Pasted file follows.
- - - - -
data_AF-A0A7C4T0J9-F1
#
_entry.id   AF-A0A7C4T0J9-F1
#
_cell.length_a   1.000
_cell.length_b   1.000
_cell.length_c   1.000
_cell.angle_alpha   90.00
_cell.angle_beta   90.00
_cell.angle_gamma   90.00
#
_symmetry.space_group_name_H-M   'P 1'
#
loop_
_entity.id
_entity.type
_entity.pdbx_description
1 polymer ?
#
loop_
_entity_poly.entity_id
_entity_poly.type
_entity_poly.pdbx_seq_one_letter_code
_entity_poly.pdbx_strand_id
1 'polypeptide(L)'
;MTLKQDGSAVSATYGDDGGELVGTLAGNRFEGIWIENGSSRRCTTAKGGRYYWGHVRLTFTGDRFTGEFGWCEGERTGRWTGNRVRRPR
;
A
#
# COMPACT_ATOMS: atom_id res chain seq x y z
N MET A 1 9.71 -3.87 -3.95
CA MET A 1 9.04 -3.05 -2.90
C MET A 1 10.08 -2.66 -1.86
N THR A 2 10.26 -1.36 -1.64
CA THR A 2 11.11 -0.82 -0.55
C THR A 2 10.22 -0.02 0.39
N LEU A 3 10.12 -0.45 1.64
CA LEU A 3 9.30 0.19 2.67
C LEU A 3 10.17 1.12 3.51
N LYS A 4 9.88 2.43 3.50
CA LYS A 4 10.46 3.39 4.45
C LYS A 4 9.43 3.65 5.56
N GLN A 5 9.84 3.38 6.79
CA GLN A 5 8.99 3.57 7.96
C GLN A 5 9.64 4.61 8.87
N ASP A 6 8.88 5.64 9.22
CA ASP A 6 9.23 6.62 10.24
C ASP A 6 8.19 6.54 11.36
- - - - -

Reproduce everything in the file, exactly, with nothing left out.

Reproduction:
data_AF-A0A7C4T0J9-F1
#
_entry.id   AF-A0A7C4T0J9-F1
#
_cell.length_a   1.000
_cell.length_b   1.000
_cell.length_c   1.000
_cell.angle_alpha   90.00
_cell.angle_beta   90.00
_cell.angle_gamma   90.00
#
_symmetry.space_group_name_H-M   'P 1'
#
loop_
_entity.id
_entity.type
_entity.pdbx_description
1 polymer ?
#
loop_
_entity_poly.entity_id
_entity_poly.type
_entity_poly.pdbx_seq_one_letter_code
_entity_poly.pdbx_strand_id
1 'polypeptide(L)'
;MTLKQDGSAVSATYGDDGGELVGTLAGNRFEGIWIENGSSRRCTTAKGGRYYWGHVRLTFTGDRFTGEFGWCEGERTGRWTGNRVRRPR
;
A
#
# COMPACT_ATOMS: atom_id res chain seq x y z
N MET A 1 9.71 -3.87 -3.95
CA MET A 1 9.04 -3.05 -2.90
C MET A 1 10.08 -2.66 -1.86
N THR A 2 10.26 -1.36 -1.64
CA THR A 2 11.11 -0.82 -0.55
C THR A 2 10.22 -0.02 0.39
N LEU A 3 10.12 -0.45 1.64
CA LEU A 3 9.30 0.19 2.67
C LEU A 3 10.17 1.12 3.51
N LYS A 4 9.88 2.43 3.50
CA LYS A 4 10.46 3.39 4.45
C LYS A 4 9.43 3.65 5.56
N GLN A 5 9.84 3.38 6.79
CA GLN A 5 8.99 3.57 7.96
C GLN A 5 9.64 4.61 8.87
N ASP A 6 8.88 5.64 9.22
CA ASP A 6 9.23 6.62 10.24
C ASP A 6 8.19 6.54 11.36